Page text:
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Ziegfeld Follies (film)

This article is about the film. For the Ziegfeld Follies Broadway shows, see Ziegfeld Follies.

Ziegfeld Follies is a 1945 American musical comedy film released by Metro-Goldwyn-Mayer, primarily directed by Vincente Minnelli, with segments directed by Lemuel Ayers, Roy Del Ruth, Robert Lewis, and George Sidney, the film's original director before Minnelli took over. Other directors that are claimed to have made uncredited contributions to the film are Merrill Pye, Norman Taurog, and Charles Walters. It stars many MGM leading talents, including Fred Astaire, Lucille Ball, Lucille Bremer, Fanny Brice (the only member of the ensemble who was a star of the original Follies), Judy Garland, Kathryn Grayson, Lena Horne, Gene Kelly, James Melton, Victor Moore, William Powell, Red Skelton, and Esther Williams.

Ziegfeld Follies
Theatrical release poster
Directed byLemuel Ayers
Roy Del Ruth
Robert Lewis
Vincente Minnelli
George Sidney
Written byCharles Walters
Produced byArthur Freed
Starring
CinematographyGeorge J. Folsey
Merrill Pye
Jack Martin Smith
Edited byAlbert Akst
Music byRoger Edens
Lennie Hayton
Conrad Salinger
Harry Warren
Distributed byMetro-Goldwyn-Mayer
Release date
  • August 13, 1945 (1945-08-13) (Boston)
  • July 15, 1946 (1946-07-15) (United States)
Running time
110 minutes
CountryUnited States
LanguageEnglish
Budget$3,403,000
Box office$5,344,000

Producer Arthur Freed wanted to create a film along the lines of the Ziegfeld Follies Broadway shows, and so, the film is composed of a sequence of unrelated lavish musical numbers and comedy sketches. Filmed in 1944 and 1945, it was released in 1946 to considerable critical and box-office success.

The film was entered into the 1947 Cannes Film Festival.

Contents

Dance director was Robert Alton, Astaire's second-most-frequent choreographic collaborator after Hermes Pan. All of Astaire's numbers were directed by Vincente Minnelli. The movie's opening featured William Powell as Ziegfeld, who does the prologue.

  • "Here's to the Girls/"Bring on the Wonderful Men": by Roger Edens and Arthur Freed. Sung by Astaire with a short solo dance by Cyd Charisse, followed by Lucille Ball cracking a whip over eight chorus-girl panthers, and finally Virginia O'Brien spoofs the previous scene by singing "Bring on those Wonderful Men"
  • "This Heart of Mine": classic standard by Harry Warren and Arthur Freed and written specially for Astaire who sings it to Bremer and then leads her in an extravagantly romantic dance of seduction and power-play. The choreography integrates rotating floors, concealed treadmills and swirling dance motifs.
  • "Love": another standard, this time by Hugh Martin and Ralph Blane, sung by Lena Horne.
  • "Limehouse Blues": conceived as a "dramatic pantomime" with Astaire as a proud but poverty-stricken Chinese labourer whose infatuation with the unattainable Bremer leads to tragedy. The story serves as bookends for a dream ballet inspired by Chinese dance motifs in a vast and extravagant setting, as both Astaire and Bremer perform in yellowface.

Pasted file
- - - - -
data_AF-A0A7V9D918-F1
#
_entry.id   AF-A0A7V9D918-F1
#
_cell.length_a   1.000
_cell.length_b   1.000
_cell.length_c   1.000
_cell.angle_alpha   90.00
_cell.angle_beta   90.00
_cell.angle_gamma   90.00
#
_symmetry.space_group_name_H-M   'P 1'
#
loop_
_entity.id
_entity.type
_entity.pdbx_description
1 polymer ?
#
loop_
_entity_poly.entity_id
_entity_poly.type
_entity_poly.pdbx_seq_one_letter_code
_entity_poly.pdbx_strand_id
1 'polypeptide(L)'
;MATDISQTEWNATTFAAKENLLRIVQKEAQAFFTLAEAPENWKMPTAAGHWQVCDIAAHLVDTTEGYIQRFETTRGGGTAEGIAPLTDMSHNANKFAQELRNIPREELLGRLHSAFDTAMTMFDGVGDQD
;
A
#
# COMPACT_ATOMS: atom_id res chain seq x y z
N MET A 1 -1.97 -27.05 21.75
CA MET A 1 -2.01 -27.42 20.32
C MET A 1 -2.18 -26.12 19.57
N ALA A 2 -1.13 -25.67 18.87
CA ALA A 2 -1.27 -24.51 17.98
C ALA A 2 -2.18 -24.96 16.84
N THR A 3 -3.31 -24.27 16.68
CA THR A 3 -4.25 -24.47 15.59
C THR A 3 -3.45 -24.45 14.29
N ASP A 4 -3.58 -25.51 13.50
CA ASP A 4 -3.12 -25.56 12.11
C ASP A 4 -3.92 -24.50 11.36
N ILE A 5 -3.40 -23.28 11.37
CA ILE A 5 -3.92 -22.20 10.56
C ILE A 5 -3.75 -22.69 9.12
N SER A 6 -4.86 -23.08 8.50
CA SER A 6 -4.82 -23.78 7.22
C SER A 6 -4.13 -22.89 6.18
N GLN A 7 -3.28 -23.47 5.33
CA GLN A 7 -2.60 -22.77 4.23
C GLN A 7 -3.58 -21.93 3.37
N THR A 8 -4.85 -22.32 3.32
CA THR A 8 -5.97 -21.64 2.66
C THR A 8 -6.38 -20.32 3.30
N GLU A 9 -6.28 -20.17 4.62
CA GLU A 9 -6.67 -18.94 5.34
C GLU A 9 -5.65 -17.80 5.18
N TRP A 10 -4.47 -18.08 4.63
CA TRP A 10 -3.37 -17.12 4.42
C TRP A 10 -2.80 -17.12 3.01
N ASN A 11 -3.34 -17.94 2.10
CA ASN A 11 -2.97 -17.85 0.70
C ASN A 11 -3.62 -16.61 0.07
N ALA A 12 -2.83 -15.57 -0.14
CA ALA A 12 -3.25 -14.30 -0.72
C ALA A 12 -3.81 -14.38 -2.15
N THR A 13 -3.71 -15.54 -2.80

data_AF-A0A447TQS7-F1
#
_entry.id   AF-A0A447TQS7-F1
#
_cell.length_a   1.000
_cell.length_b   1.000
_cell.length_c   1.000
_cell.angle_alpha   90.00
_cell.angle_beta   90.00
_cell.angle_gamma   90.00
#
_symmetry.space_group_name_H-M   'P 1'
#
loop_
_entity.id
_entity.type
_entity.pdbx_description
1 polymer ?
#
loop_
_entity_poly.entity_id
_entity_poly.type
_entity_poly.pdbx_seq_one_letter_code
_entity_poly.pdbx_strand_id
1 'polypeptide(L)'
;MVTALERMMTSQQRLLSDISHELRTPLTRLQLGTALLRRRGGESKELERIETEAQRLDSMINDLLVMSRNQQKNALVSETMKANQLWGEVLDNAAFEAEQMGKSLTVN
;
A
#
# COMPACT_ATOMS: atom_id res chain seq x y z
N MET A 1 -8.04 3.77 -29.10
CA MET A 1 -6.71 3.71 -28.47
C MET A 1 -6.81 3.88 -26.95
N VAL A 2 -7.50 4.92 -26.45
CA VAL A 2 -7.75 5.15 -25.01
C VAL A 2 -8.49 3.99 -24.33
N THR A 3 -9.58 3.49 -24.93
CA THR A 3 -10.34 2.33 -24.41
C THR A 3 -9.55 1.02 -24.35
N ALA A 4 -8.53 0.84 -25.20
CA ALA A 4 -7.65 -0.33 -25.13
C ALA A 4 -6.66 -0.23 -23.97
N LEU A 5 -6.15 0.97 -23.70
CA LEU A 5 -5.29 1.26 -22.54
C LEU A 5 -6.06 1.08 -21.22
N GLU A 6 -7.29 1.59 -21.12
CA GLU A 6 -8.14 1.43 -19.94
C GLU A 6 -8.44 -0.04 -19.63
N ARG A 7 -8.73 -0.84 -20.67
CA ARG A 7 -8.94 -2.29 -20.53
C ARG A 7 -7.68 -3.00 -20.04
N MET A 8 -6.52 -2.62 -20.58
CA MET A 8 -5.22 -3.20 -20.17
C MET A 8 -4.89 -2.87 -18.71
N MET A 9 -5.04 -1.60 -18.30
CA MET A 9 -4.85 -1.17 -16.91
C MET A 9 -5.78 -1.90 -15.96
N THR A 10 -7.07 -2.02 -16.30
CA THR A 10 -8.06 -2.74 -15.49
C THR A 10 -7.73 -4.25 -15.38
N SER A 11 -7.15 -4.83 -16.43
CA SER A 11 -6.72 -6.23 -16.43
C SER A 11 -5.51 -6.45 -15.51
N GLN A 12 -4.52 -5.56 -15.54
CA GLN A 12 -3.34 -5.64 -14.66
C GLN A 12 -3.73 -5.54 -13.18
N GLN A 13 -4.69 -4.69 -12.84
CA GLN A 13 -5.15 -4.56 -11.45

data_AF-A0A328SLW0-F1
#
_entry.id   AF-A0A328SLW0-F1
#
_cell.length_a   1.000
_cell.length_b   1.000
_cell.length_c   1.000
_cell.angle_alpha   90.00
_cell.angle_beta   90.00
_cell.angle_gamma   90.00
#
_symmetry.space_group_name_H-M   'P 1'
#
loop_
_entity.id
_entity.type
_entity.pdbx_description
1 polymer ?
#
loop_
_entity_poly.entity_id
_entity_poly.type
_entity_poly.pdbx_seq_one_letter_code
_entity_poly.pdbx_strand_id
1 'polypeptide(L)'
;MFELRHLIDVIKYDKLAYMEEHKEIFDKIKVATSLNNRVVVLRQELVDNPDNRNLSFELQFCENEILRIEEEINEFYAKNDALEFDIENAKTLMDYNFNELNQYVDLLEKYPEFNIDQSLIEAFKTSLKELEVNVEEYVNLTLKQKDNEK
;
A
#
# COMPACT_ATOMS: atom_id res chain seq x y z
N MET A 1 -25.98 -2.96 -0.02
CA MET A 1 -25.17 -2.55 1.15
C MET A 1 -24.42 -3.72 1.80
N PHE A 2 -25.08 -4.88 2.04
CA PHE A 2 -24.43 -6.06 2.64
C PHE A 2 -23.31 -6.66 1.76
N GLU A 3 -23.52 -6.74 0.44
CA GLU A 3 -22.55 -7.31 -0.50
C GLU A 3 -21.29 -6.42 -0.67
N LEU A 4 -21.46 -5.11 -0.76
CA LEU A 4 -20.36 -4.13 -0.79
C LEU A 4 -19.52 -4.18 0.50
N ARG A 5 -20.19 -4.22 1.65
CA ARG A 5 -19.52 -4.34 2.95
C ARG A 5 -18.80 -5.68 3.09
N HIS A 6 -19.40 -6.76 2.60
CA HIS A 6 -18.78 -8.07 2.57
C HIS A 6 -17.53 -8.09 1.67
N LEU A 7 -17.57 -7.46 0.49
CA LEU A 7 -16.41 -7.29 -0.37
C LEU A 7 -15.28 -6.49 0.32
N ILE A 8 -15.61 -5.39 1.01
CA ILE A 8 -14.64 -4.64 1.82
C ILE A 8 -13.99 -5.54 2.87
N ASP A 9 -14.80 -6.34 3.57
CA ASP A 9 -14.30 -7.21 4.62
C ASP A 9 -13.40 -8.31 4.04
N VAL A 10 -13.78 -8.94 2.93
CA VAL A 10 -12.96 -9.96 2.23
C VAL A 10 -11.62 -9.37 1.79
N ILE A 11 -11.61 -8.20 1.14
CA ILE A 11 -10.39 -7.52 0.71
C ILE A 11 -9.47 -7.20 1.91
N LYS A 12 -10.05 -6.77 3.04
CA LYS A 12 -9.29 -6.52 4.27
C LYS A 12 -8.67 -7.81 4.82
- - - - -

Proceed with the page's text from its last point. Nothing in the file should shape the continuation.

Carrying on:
• "The Great Lady Has an Interview": written by Kay Thompson originally for Greer Garson (she turned it down). Judy Garland spoofs a movie star who can only be cast in Oscar-winning dramas, but wants to play "sexy" roles (a la Greer Garson, or Katharine Hepburn) giving an interview to dancing reporters about "her next picture": a bio-pic of Madame Cremantante (the "inventor of the safety pin"). Originally to be directed by Garland's friend Charles Walters, Vincente Minnelli ended up directing the sequence (the two were dating at the time), and Walters was reassigned as choreographer.
  • "The Babbitt and the Bromide": Astaire and Kelly team up in a comedy song and dance challenge in three sections, to music and lyrics by George and Ira Gershwin. All choreography was by Astaire (third section) and Kelly (sections one and two). This was the only time Astaire and Kelly appeared on screen together in their prime. In spite of efforts by Freed and Minnelli, the two would not partner again on film until That's Entertainment, Part II in 1976.
  • "There's Beauty Everywhere": originally filmed as a balletic finale with tenor James Melton singing and Fred Astaire, Cyd Charisse, and Lucille Bremer dancing in a melange of soap bubbles. But when the bubble machine malfunctioned (leaving only a fragment of the number filmed) and the formula flowed into the hallways of the soundstage, the number had to be restaged and the Astaire and Bremer part of this number was cut out altogether." Kathryn Grayson replaced Melton. Segments of the "bubble dance" with Charisse remain in the final film.

An early concept was to have the film introduced by a stop motion animated puppet of Leo the Lion. Although cut before release, this outtake footage survives today.

The New York Times: "The film's best numbers are a couple of comedy skits, especially one done by Red Skelton. Fanny Brice plays a Bronx hausfrau quite funnily. Judy Garland is also amusing as a movie queen giving an interview. Ziegfeld Follies is entertaining – and that's what it's meant to be!" (Bosley Crowther).